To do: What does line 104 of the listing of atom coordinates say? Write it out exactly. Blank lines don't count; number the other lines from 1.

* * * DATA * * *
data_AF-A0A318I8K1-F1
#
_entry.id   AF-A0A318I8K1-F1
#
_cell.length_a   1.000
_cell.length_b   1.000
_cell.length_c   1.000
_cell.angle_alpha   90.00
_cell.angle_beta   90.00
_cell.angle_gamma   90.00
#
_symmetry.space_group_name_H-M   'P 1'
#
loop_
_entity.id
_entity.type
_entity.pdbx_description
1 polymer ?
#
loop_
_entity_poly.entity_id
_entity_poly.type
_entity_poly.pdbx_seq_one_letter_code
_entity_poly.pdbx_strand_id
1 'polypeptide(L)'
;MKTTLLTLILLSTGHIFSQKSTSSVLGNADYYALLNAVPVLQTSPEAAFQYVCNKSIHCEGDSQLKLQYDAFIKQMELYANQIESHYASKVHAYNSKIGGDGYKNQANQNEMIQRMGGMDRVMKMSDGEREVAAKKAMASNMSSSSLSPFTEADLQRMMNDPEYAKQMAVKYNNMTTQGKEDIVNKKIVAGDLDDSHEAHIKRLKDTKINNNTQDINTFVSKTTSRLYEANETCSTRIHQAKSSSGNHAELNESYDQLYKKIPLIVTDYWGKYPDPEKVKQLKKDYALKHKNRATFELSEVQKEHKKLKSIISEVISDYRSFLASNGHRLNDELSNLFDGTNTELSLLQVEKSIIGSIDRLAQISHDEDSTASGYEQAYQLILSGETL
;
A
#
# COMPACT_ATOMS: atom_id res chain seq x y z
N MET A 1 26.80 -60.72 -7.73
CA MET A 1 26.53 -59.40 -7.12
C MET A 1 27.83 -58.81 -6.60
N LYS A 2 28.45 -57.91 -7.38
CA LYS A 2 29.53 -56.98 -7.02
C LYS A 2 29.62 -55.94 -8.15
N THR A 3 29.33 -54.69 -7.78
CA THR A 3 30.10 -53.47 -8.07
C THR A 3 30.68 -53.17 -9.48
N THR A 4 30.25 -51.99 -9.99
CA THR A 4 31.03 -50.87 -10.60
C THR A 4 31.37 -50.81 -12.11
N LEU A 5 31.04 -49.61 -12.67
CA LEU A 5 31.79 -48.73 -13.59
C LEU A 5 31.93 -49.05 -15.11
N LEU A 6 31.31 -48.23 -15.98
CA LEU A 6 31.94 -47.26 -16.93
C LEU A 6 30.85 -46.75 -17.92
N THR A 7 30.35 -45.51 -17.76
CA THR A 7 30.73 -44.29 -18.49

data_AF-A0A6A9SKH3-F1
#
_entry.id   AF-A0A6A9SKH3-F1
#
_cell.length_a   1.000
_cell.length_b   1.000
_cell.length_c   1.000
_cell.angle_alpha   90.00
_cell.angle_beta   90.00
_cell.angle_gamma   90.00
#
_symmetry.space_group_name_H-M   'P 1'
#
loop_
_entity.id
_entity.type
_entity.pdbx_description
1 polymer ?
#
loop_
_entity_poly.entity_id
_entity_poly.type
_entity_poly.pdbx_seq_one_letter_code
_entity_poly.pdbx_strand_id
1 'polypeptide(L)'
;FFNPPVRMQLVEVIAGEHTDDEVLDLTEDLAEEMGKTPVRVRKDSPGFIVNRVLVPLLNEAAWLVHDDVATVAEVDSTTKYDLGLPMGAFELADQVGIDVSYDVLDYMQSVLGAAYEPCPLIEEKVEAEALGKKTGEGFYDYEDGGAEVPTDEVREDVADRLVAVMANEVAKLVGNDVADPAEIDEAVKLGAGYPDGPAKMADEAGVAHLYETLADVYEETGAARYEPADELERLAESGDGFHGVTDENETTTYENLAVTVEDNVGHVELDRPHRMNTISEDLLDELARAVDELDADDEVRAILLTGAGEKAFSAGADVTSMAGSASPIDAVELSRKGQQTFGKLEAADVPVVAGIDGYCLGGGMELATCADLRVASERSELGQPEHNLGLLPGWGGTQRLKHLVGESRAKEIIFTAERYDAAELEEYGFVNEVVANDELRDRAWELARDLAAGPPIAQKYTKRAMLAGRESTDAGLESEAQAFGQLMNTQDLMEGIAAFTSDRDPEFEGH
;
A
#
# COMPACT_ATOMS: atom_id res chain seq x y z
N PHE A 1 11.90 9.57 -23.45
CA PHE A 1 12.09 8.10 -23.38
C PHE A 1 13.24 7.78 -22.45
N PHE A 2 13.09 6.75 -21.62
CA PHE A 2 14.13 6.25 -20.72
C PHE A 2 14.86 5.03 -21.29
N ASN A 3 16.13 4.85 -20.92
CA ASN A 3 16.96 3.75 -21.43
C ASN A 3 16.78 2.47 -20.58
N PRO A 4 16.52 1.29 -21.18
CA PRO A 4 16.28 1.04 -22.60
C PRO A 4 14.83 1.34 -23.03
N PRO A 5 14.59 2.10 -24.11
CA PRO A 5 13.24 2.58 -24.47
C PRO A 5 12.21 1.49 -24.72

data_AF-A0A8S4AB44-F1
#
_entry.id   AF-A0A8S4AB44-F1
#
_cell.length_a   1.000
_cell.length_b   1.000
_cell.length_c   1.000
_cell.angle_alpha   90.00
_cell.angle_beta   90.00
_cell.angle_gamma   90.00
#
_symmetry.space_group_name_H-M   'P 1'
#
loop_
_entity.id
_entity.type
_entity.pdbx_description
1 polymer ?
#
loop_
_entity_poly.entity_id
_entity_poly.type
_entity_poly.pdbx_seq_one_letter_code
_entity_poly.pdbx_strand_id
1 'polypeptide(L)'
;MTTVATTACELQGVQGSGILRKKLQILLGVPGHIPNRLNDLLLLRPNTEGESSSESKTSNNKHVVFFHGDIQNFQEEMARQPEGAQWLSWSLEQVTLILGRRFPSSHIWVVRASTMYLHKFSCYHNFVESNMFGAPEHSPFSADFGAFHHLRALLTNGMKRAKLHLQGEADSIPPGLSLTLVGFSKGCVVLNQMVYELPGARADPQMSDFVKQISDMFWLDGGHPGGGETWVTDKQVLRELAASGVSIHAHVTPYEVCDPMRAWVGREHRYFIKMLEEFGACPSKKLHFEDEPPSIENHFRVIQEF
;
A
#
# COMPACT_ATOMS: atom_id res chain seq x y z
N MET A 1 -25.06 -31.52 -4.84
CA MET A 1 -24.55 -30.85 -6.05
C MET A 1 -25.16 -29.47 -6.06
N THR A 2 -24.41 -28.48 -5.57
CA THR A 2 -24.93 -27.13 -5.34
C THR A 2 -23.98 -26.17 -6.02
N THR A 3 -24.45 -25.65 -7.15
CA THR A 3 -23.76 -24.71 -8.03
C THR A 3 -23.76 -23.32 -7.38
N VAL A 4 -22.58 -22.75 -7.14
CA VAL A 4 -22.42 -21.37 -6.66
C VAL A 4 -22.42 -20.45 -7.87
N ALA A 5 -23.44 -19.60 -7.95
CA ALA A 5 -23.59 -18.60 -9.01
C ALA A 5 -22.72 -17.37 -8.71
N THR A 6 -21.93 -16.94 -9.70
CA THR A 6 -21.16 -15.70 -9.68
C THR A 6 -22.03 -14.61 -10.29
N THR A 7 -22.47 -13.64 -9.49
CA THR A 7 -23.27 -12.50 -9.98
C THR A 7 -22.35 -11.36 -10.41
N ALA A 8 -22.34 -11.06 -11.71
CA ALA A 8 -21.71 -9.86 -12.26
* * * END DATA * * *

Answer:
_cell.angle_beta   90.00